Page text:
Vsauce! Kevins here.
Playing one of the deadliestgames ever created.
So deadly in fact, that I needed balloon Kevin to act as a proxy forme.
I’m real Kevin.
The game is Russian Roulette.
You probably already know how Russian Rouletteis played.
Traditionally, a single round is put in a revolver that holds 6 cartridges.
The cylinder is spun so that it’s impossible to know which chamber will be fired.
You pullthe trigger and… there’s a 5 out of 6 chance that you are safe, and a 1 out of 6chance that it goes pretty badly for you.
I’ve inserted a single needle into eachdart — so that in our version of this game, it's gonna very badly for poor balloon Kevin.
And THAT’S DANGEROUS.
This wholething is dangerous and unsafe.
And against the Terms of Service for every site on theinternet.
Thankfully, Russian Roulette is mostly just used in movies as a dramatic deviceand I’m using it as a dramatic way to analyze probability.
The important part is that younever do any of this.
Okay? Okay! I want to figure out the best way to survivethis notoriously fatal game.
So if balloon Kevin plays a standard gameof Russian Roulette, he has 1 in 6 odds of permanently deflating his dome.
There’sabout an 83% chance that my rubbery little clone wins and a 17% chance he loses… forever.
And that’s that! So here we go.
It's timeto test your luck, Balloon Kevin.
Let’s make this scenario a little more complex.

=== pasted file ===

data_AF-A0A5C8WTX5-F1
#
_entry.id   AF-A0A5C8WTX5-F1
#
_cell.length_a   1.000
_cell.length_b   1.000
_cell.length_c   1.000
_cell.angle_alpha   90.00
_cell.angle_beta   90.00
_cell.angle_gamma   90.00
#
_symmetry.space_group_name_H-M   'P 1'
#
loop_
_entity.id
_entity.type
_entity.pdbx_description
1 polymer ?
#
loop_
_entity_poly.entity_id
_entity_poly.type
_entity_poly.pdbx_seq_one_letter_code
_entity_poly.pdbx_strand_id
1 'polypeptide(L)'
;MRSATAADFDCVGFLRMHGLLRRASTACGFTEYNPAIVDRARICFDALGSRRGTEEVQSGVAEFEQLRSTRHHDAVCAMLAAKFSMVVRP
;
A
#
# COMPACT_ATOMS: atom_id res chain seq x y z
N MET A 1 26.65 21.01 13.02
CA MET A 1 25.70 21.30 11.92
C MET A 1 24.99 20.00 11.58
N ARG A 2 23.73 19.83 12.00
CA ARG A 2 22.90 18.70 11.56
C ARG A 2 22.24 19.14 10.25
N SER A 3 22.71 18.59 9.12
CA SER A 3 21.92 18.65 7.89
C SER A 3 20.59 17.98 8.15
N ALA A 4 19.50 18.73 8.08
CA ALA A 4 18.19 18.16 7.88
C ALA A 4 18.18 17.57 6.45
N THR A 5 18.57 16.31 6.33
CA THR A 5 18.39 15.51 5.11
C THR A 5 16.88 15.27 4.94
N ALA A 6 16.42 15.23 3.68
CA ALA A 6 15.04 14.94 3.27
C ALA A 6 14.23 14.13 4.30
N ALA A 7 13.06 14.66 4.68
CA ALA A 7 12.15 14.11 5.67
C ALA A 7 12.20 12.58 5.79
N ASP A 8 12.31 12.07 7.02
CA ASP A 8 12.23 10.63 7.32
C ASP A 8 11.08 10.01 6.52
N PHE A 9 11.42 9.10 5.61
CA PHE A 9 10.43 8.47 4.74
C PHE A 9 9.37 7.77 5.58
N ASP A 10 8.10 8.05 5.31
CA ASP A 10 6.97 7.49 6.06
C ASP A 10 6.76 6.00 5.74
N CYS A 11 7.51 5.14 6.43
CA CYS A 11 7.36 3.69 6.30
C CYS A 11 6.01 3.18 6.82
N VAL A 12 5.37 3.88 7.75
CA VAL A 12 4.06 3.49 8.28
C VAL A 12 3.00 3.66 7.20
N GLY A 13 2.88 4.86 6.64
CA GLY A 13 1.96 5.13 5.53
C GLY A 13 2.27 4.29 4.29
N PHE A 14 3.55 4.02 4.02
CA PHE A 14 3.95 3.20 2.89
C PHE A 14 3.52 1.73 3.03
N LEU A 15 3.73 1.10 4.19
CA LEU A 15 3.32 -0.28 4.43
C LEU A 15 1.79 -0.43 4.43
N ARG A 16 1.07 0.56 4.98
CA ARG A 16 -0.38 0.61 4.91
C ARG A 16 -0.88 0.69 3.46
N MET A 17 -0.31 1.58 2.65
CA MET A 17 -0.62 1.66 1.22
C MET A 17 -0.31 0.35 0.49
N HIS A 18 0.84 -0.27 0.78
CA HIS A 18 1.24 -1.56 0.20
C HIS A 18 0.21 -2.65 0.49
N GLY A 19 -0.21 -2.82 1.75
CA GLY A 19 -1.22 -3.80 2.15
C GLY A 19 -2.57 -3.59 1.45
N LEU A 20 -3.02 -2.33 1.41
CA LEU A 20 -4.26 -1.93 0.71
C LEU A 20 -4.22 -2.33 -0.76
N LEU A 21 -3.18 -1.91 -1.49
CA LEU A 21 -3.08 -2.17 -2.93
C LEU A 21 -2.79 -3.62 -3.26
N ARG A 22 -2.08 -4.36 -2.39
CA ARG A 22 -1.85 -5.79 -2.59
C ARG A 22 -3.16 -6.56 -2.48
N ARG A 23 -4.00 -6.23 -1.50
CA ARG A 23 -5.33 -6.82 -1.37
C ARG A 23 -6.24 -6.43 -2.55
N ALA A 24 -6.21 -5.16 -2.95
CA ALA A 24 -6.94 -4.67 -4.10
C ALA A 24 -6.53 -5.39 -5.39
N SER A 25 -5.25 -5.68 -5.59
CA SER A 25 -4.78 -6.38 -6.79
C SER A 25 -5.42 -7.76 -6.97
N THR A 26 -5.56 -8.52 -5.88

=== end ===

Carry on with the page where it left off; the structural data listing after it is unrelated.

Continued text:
Let’s say that there are two balloon-bursting missiles inside… 6 chambers with 2 possiblespherical air sac-splattering darts that have been placed next to each other.
There’s a ⅔ chance that my air-headed doppelganger survives on a random pull ofthe toy.
So do you like your chances, boy? You thinkthat sharpie mustache of yours is better than the real deal? Well.
Let’s see if fate ison your side.
The ⅔ survival chance comes through! Soit’s on to the next round.
My gaseous twin has had it a bit too easyof a chance up until now, the survival math has been very very straightforward.
He’shad no active role in deciding his own fate.
So let’s give him something to think about.
For Round 2, I’m going to give him a choice and place the life odds in his pipe cleanerhands.
The choice is this: now that he has managedto survive one round of the game, does he want to spin the cylinder before playing again?Or does he just… play and hope for the best? The big question is: is it better for himto randomize the cylinder or continue playing with its current configuration? Well.
Answer the question, punk! What’sit gonna be, you blue beanie-wearing balloon buffoon? Well, since balloon Kevin isn’t talking, I’ll consider the options on his behalf.
Given that there are 2 adjacent cartridgesin there and the toy has been fired once already, does it even matter mathematically whetherAir Kevin spins or not? Let’s find out.
The first option: spinning.
It’s the samescenario with the same math.
You’re basically re-creating Round 1’s odds, which we knowgive you a ⅔ chance of survival.
So… not really a whole lot to consider there.
But if you don’t spin, you know somethingelse… the toy has just been fired on one of the empty chambers, which is how BalloonKevin survived to get to Round 2.
And a little logic reveals the math of whether to spinor not spin.
Think about the positioning: there are 4 possible empty chambers, and onlyone of them is directly before the two cartridges.
Which means, there’s a 75% chance Round2’s trigger pull is on another empty chamber, and just a 25% chance that this balloon isabout to go baboom.